- The Washington Times - Monday, April 1, 2013

One of the most critically acclaimed video-game franchises returns with a less macabre but still violent adventure in Bioshock Infinite (Take 2 Games and Irrational Games, Rated Mature, reviewed for Xbox 360, $59.99).

A single player finds himself turned into a gruff but lovable scoundrel visiting a city in the clouds while on a mission to rescue a fair damsel in distress locked in a tower. What could be a more basic fairy-tale narrative for this first-person shooter?

Well, it’s always the devil in the details, eh? As a U.S. Calvary veteran turned private and public investigator, Booker DeWitt is not what he seems.

Helping the fair Elizabeth escape the clutches of the Prophet and city visionary Zachary Hale Comstock and his minions is first a kidnapping rather than rescue mission

However, I found myself falling deeper into an outrageous interdimensional rabbit hole of a story mixing Wachowski Brothers insanity with Christopher Nolan intrigue.

Action takes place in a fantastical world in the year 1912 and mostly within the airborne metropolis of Columbia.

The intricate story pulls no punches while exploring societal issues such as religious zealotry, class warfare, fanatical patriotism and horrendous racial bigotry as the 15- to 20-hour epic plays out.

However, Columbia is really the star of the show here.

It’s a meticulously constructed, steampunk version of Disneyland for the brainwashed masses complete with a vibrant main street, carnival rows, animatronic characters, wondrous museums and an overhead, railed transportation system (characters use a Sky Hook on their arm to attach) called the Sky-line.

Much less shocking than stuck in the underwater horror show of Rapture starring Big Daddy and the Little Sisters, the city is a manageable-to-conquer, retro-urban paradise loaded with babbling citizens often barely aware of the pair’s presence.

Just visit the lair of the Order of the Raven, a society devoted to the accomplishment of John Wilkes Booth, or the Hall of Heroes, with its exhibits on Wounded Knee and the Boxer Rebellion, or view massive statues of the prophets Father Franklin, Father Washington and Father Jefferson to see some spectacular visual design.

Moments such as watching the Dimwit and Duke marionette shows (propaganda for the kiddies) or a demonstration of Jeremiah Fink magical Vigors sucks a player in this world as well as odd random instances such as listening to the Floating Barbershop Quartet sing “God Only Knows” (they are Columbia’s gayest quartet, don’t you know).

Suffice to report; Immersion Games really delivers on its moniker.

Of course, stealing Elizabeth from Comstock is not a good idea, and DeWitt and his new companion become outlaws, hunted by coppers, an incredible creature called the Songbird and Motorized Patriots (heavily-armed robotic versions of George Washington and Abraham Lincoln) to name a few of the twisted creations.

As far as an arsenal for DeWitt to protect Elizabeth, this is a first-person shooter, so look for plenty of guns as well as the use of magical Vigors.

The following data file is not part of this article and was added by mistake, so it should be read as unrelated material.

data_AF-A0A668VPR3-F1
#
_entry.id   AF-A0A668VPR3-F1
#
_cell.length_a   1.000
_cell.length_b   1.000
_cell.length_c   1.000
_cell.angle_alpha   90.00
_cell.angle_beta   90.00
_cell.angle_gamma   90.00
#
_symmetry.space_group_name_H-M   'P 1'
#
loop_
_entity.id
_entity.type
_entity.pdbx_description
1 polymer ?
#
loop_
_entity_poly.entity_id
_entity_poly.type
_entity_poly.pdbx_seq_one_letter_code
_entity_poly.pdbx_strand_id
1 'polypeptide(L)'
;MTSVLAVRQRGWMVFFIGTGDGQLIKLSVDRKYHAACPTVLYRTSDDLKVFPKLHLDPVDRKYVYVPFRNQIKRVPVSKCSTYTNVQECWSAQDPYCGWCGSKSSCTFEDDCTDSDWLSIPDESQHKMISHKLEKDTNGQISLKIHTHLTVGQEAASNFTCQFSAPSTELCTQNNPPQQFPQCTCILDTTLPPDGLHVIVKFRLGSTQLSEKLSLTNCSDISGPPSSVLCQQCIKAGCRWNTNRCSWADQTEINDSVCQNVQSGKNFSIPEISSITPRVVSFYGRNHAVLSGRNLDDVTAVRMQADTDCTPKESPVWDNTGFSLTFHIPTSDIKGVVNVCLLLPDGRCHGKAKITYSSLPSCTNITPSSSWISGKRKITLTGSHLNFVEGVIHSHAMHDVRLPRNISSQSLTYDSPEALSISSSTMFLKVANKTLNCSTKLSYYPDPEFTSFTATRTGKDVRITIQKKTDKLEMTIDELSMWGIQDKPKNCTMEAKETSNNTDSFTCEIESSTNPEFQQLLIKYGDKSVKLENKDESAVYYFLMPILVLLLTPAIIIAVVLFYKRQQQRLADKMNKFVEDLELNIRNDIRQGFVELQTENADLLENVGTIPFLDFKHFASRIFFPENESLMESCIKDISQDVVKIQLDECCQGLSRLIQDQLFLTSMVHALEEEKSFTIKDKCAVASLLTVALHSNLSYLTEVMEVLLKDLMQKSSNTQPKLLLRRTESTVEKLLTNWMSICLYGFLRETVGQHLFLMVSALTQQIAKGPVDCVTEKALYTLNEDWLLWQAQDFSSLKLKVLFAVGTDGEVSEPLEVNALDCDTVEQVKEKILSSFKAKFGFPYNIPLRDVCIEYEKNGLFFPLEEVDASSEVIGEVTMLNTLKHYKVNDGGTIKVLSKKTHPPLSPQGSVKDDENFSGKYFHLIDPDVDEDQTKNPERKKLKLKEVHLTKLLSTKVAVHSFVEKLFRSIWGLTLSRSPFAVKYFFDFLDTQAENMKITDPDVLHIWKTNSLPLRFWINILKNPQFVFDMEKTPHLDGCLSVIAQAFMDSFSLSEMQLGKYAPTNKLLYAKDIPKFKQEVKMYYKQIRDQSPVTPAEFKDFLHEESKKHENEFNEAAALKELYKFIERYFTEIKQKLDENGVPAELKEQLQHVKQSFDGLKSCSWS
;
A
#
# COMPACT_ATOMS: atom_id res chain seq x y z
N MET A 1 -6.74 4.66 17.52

These consumable, powers replace the super-powered Plasmids from previous Bioshock games while fueled by ingesting salts rather injecting the blue liquid EVE.

DeWitt can eventually produce fire bombs at will to attack enemies, levitate them, call upon a flock of crows to attack and even more diabolical — possess an opponent to attack his own team until the emotional stress on the body causes the foe to commit suicide.

And don’t consider Elizabeth simply a Disney Princess, although she sure looks and sounds like one. She is a survivor and does not need protection. Rather, she helps DeWitt by tossing out the occasional health-restoration packs, ammo and salts and uses her time rift powers to beat foes by revealing weapons and escape routes — a key component to the later stages of the game.

As with the Bioshock universe, the imaginative detail combines with a treasure hunt of the highest order,

Meticulously check every corner of a location as well as corpses to find items including American Eagle silver coins (to buy upgrades from vending booths), ammunition, lock picks, bottles of alcohol and salts, and all types of food to restore health.

Additionally, and very important, find and listen to Voxophone recordings from characters and locate booths to view Kinetoscopes (“beware the false shepherd”) to dive deeper into game’s mythology.

2013 has already been a banner year for the video-game lover with top-notch titles such as Tomb Raider, Gears of War: Judgment, God of War: Ascension and Crysis 3.

Bioshock Infinite is the current icing on the cake. It may not be the best game of the year, but its meticulous devotion to interactive detail and layered storytelling make it a strong contender.

Parental advice: The ESRB (Entertainment Software Rating Board), after watching Booker DeWitt unleash a flock of crazed ravens on a police officer until he is reduced into a bloody pulp, decided to label this game “M” and that stands for mature — adults 17 years and older need only try to control a Bioshock Infinite. So don’t let your 15–year-old convince you that “it’s just a fantasy game about saving a tough girl, learning about bigotry and fighting for freedom against the smothering effects of a dystopian society.” The game contains gratuitous, brutal and bloody combat against humans with heads exploding off of bodies and enemies being burned down to their skeletons.

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